President Barack Obama offered modest steps to chip away at the country’s economic and social challenges in a State of the Union address that reflects the limits of his power to sway Congress.
Using executive authority to enact portions of an agenda that’s been stalled by Republicans, Obama said he’s raising the minimum wage to $10.10 for future federal contract workers while urging lawmakers to apply it to the rest of the nation. He also plans to create a retirement savings program for workers whose employers don’t offer a 401(k) plan.
“The cold, hard fact is that even in the midst of recovery, too many Americans are working more than ever just to get by — let alone get ahead,” Obama said, in the text released by the White House. “Our job is to reverse these trends.”
In all, the president announced a dozen actions that he said would help push against the economic forces that have left lower- and middle-income Americans still struggling to recover from the worst recession in more than seven decades. He also said he’s enlisting companies, including Apple Inc. and Verizon Communications Inc., to help solve issues from expanding broadband in schools to hiring the long-term unemployed.
Obama appealed for cooperation from the divided Congress on other priorities, including immigration, corporate taxes, trade, transportation and an expansion of the earned income tax credit to aid the working poor. He also expressed impatience.
“America does not stand still — and neither will I. So wherever and whenever I can take steps without legislation to expand opportunity for more American families, that’s what I’m going to do,” he said.
While foreign policy played a secondary role in this year’s annual address to Congress, Obama again said he would veto new sanctions against Iran amid negotiations over its nuclear program, and asked them to let him close the prison for suspected terrorists at Guantanamo Bay, Cuba, saying it should not outlast the end of the war in Afghanistan.
The agenda Obama laid out in his address demonstrates the shrinking of his ambitions for his sixth year in office as he confronts persistent opposition from Republicans, who control the House of Representatives. With every member of the House and a third of the Senate up for election in November, Obama has little chance of getting action on legislation that would bring about major changes in direction.
Obama focused his remarks largely on Americans aspiring to the middle class, and on outreach to business.
“After four years of economic growth, corporate profits and stock prices have rarely been higher, and those at the top have never done better,” Obama said. “But average wages have barely budged. Inequality has deepened.”
Since Obama delivered the State of the Union last year on Feb. 12, the benchmark Standard & Poor’s 500 Index has surged 18 percent, the Bloomberg Dollar Spot Index is up 2.8 percent and the U.S. economic growth rate has accelerated to 4.1 percent in the 3rd quarter from 1.1 percent. Unemployment has dropped to 6.7 percent from 7.7 percent last February.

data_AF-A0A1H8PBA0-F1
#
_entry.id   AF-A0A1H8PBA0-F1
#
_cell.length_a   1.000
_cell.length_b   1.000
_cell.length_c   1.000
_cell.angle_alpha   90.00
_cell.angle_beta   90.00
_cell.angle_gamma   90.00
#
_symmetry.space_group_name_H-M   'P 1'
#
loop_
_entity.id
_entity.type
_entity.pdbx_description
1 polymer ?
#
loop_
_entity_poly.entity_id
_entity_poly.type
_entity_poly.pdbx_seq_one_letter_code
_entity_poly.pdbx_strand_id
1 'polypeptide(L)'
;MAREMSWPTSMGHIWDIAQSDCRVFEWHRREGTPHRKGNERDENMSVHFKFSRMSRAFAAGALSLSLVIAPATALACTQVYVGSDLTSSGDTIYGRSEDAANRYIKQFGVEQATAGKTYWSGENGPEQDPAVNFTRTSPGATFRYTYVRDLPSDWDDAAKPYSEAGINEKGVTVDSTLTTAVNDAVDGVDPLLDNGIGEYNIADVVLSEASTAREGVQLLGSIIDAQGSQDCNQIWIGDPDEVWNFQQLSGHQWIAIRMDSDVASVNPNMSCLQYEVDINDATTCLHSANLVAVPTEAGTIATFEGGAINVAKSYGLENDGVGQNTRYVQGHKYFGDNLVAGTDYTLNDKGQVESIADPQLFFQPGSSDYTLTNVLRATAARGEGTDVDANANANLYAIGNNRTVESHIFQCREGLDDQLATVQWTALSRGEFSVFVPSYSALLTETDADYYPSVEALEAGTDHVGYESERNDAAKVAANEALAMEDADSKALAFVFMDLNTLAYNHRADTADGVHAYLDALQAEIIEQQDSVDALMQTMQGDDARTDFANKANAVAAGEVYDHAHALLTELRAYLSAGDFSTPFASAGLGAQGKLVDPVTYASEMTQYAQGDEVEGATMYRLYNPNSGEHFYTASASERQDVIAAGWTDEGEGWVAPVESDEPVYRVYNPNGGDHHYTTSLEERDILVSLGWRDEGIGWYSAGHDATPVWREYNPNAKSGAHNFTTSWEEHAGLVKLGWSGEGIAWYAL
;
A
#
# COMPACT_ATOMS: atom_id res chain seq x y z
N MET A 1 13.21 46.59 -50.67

Still, in December, the average weekly earnings of U.S. workers were flat compared to a year earlier when adjusted for inflation.
The U.S. still hasn’t replaced all of the jobs lost during the recession. Only 62.8 percent of working-age Americans are employed or actively seeking work, the lowest mark since February 1978. Almost 4 million people have been out of work for more than six months, three times the pre-recession average.
Real median household income of $51,000 is 8 percent lower than in 2007.
“Opportunity is who we are,” Obama said. “And the defining project of our generation is to restore that promise.”
In the Republican response, Rep. Cathy McMorris Rodgers said her party was offering a different vision: “One that empowers you, not the government. It’s one that champions free markets — and trusts people to make their own decisions, not a government that decides for you.”
The Washington Republican also criticizes Obama’s record on the economy and the president’s healthcare law.
The president avoided direct confrontation with Republicans on issues that hold potential for bipartisan agreement this year, including immigration and extending long-term unemployment benefits.
In the speech, Obama reprised initiatives he has failed to move through the divided Congress in prior years, and then promoted less ambitious policies he can achieve with executive action or narrower legislation.
He said he supports lowering the corporate tax rate and curtailing tax breaks, then using any one-time revenue that change generates to build bridges, transit and other infrastructure. That plan is stalled in Congress, stymied by a partisan dispute over whether wealthy individuals should pay more.
At the same time, Obama defended his signature domestic policy achievement — an expansion of health care coverage known as the Affordable Care Act, or Obamacare — against Republican calls for repeal. He used the speech to call on Americans to sign up for coverage and encourage others to sign up ahead of a March enrollment deadline.
Signaling that environmental regulation is one area where he may have more latitude to change policy through executive powers, Obama said his administration is taking additional steps on regulating fracking, raising fuel efficiency for trucks and declaring off limits some public lands even as it permits renewable energy projects.
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